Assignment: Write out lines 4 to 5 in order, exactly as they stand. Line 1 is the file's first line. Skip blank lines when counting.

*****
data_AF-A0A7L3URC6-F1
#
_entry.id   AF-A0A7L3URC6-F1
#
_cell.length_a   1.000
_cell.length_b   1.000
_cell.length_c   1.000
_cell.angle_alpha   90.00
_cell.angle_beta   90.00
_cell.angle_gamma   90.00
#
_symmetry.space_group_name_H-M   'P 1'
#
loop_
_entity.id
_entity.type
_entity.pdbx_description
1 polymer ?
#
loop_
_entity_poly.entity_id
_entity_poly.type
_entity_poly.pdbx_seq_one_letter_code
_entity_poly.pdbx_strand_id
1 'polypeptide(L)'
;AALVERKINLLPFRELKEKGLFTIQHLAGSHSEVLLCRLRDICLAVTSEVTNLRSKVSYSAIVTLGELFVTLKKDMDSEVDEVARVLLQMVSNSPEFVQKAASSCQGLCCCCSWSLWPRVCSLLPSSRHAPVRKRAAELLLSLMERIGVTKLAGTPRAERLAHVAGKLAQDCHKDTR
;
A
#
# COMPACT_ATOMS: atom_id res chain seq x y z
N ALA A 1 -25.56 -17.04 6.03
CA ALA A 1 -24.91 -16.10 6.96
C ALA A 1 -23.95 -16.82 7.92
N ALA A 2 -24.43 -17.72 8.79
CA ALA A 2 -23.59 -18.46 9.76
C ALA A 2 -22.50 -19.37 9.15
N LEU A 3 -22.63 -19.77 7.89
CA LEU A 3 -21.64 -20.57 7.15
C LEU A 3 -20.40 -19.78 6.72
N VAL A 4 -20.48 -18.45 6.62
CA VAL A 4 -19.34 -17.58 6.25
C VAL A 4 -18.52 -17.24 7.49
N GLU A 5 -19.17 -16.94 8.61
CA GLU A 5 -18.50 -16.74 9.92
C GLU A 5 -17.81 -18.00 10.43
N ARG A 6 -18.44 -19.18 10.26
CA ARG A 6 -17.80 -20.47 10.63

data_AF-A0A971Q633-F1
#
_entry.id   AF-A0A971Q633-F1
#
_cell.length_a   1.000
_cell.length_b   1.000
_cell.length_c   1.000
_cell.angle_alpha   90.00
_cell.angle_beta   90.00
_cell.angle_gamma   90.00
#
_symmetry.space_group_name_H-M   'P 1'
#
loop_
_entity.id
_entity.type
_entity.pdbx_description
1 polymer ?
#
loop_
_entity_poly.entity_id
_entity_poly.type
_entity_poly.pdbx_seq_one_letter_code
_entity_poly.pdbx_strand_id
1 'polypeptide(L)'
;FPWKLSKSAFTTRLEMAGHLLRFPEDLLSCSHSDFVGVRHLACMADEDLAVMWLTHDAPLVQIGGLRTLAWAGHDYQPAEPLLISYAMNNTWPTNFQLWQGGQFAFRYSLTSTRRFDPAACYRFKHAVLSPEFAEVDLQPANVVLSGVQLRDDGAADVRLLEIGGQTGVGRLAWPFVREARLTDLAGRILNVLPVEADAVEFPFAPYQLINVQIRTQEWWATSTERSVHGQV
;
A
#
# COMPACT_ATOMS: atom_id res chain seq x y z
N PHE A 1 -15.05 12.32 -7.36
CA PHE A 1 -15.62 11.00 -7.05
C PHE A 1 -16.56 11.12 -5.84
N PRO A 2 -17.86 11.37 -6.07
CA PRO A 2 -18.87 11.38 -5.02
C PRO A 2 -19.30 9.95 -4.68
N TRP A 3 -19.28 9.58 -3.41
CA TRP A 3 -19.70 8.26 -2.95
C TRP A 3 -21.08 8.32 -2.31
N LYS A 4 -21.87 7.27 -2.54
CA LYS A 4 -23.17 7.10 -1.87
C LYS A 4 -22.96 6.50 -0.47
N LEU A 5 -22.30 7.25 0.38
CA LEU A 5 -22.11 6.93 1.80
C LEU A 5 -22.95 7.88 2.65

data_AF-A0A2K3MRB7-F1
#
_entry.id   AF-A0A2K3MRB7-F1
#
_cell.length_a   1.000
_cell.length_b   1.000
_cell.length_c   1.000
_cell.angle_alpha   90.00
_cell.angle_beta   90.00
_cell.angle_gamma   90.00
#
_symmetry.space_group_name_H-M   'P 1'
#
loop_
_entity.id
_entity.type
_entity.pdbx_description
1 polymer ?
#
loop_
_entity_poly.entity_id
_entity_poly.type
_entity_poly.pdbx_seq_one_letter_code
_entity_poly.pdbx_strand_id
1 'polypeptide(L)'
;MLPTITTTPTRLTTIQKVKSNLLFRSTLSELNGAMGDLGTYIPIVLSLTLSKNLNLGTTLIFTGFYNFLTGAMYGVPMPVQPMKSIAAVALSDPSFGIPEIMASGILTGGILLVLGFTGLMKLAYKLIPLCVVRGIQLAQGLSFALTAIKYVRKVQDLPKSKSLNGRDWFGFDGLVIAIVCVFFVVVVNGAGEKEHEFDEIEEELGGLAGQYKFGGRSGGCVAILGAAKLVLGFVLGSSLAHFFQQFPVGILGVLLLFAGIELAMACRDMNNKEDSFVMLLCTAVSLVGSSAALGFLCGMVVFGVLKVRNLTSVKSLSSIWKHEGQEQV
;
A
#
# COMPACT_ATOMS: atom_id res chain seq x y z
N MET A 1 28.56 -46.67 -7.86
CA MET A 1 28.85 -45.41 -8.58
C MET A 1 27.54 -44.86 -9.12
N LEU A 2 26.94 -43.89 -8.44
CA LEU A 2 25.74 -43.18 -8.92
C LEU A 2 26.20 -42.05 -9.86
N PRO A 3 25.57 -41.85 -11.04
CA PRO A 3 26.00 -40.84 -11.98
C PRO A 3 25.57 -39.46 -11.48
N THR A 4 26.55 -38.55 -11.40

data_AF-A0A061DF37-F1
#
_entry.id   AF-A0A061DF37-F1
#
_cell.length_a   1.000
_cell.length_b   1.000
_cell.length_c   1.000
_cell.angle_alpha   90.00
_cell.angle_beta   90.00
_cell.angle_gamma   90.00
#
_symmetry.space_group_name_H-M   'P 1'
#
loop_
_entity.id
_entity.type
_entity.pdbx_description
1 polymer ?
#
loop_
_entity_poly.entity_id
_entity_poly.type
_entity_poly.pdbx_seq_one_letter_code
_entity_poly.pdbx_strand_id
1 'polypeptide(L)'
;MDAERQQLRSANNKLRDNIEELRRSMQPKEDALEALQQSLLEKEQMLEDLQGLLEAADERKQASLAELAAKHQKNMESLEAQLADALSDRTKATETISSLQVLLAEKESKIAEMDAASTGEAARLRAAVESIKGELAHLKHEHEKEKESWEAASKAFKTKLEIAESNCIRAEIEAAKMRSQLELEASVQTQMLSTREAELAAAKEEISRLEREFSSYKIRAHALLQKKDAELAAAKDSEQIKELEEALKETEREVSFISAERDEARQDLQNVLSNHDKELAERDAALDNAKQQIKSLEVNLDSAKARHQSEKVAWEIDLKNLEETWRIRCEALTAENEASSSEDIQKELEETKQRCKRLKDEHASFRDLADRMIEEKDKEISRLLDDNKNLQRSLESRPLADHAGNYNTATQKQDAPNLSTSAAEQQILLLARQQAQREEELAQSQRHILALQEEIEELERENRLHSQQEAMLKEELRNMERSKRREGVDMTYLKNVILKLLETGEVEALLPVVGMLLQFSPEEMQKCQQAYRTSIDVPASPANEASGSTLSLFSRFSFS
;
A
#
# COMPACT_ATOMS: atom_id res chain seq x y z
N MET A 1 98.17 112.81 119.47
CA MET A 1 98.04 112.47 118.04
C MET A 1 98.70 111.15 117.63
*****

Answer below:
#
_cell.length_a   1.000